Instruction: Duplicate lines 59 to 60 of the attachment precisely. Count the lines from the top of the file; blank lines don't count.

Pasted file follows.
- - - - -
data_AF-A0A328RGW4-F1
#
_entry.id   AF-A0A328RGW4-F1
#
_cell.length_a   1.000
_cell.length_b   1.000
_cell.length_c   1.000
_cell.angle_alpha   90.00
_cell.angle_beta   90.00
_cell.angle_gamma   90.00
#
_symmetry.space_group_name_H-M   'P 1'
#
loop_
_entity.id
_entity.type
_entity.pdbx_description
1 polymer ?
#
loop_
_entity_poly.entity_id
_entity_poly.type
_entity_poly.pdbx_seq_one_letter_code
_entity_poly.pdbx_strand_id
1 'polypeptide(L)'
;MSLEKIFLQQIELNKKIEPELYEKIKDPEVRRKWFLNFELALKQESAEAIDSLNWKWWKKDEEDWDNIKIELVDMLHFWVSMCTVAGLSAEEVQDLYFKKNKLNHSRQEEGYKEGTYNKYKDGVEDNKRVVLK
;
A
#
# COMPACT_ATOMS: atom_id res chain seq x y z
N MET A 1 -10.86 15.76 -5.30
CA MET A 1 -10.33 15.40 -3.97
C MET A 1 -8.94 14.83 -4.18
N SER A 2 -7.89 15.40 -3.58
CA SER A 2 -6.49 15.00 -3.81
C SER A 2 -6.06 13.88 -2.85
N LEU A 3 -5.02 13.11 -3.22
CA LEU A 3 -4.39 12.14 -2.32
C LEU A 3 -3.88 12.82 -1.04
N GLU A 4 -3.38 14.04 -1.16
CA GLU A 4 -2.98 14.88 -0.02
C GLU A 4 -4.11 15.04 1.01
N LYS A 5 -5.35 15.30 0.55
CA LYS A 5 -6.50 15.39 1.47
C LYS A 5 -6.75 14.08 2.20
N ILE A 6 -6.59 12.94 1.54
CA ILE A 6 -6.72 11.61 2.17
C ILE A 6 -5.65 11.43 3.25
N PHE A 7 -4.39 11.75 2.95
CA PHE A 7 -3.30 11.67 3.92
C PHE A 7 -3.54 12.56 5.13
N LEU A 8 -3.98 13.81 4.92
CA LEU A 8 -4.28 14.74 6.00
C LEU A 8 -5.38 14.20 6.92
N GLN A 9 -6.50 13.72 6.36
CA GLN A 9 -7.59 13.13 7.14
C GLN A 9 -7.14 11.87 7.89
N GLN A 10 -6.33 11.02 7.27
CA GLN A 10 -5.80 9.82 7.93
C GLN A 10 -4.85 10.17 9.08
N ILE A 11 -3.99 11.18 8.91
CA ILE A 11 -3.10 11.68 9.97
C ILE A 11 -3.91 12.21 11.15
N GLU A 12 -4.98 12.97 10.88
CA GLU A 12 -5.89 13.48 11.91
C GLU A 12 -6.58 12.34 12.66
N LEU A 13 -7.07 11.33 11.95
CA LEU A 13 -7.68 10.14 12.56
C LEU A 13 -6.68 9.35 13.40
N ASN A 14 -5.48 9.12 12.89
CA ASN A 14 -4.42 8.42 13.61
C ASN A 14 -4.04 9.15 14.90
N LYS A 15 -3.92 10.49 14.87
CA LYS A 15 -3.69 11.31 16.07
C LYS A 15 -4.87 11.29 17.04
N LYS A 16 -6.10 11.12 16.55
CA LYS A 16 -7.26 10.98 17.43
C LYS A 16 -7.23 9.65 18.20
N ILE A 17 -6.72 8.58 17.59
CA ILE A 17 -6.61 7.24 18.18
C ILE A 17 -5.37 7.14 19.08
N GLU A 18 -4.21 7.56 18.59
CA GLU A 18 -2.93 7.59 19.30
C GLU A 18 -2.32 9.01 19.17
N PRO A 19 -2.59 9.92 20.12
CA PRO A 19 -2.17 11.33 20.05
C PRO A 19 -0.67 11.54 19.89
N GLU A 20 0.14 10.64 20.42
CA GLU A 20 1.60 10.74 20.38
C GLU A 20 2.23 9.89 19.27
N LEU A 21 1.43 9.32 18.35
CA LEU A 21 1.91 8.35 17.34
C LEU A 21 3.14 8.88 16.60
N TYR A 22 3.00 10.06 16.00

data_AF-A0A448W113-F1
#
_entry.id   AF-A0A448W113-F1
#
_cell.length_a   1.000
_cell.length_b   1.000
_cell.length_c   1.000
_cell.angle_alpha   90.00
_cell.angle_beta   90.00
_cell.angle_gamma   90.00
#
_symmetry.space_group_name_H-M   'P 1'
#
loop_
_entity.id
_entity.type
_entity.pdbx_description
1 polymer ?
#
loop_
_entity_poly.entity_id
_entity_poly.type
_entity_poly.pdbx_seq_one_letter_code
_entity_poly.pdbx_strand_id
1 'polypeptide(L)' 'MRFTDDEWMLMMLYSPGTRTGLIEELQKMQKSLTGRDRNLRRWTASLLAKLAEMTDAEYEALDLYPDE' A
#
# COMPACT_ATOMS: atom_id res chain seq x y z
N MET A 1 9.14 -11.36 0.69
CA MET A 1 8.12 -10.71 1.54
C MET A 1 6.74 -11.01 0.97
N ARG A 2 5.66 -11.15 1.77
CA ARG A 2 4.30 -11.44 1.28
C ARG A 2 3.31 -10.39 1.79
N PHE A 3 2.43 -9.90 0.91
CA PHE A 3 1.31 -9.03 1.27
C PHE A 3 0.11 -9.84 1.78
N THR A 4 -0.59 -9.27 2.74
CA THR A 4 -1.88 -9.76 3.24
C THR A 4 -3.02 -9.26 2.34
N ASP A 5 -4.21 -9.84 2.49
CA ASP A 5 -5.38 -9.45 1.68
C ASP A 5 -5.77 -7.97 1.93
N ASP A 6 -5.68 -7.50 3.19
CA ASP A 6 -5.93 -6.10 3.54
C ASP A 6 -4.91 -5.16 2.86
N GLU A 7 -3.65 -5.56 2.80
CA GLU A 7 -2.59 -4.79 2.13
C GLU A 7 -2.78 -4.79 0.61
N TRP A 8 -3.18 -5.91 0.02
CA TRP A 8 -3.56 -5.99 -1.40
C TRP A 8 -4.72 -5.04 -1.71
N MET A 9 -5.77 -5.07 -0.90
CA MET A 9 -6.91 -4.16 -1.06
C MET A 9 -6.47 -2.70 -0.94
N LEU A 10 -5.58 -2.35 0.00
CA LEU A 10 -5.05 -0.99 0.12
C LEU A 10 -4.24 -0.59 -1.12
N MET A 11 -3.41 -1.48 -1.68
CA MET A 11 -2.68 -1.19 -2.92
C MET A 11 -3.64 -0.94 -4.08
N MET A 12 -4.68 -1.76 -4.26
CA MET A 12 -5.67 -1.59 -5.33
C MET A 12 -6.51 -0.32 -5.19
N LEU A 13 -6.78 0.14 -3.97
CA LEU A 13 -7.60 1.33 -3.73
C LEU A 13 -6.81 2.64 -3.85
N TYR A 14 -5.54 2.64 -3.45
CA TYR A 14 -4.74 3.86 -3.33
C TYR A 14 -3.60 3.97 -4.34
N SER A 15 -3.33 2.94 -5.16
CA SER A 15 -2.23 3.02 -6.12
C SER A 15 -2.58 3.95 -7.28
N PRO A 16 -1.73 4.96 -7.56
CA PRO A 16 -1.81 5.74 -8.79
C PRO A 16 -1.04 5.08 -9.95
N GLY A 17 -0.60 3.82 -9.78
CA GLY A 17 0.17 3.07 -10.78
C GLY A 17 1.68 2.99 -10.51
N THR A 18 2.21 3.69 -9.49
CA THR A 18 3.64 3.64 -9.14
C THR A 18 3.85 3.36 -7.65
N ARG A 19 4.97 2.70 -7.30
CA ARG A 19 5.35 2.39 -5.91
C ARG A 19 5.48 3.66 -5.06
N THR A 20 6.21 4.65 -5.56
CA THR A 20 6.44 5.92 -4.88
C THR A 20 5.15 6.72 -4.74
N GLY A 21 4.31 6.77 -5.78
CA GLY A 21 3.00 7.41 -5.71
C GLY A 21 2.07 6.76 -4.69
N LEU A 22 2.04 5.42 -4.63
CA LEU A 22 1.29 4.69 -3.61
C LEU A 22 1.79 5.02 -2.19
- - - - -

CA GLN A 10 -5.80 9.82 7.93
C GLN A 10 -4.85 10.17 9.08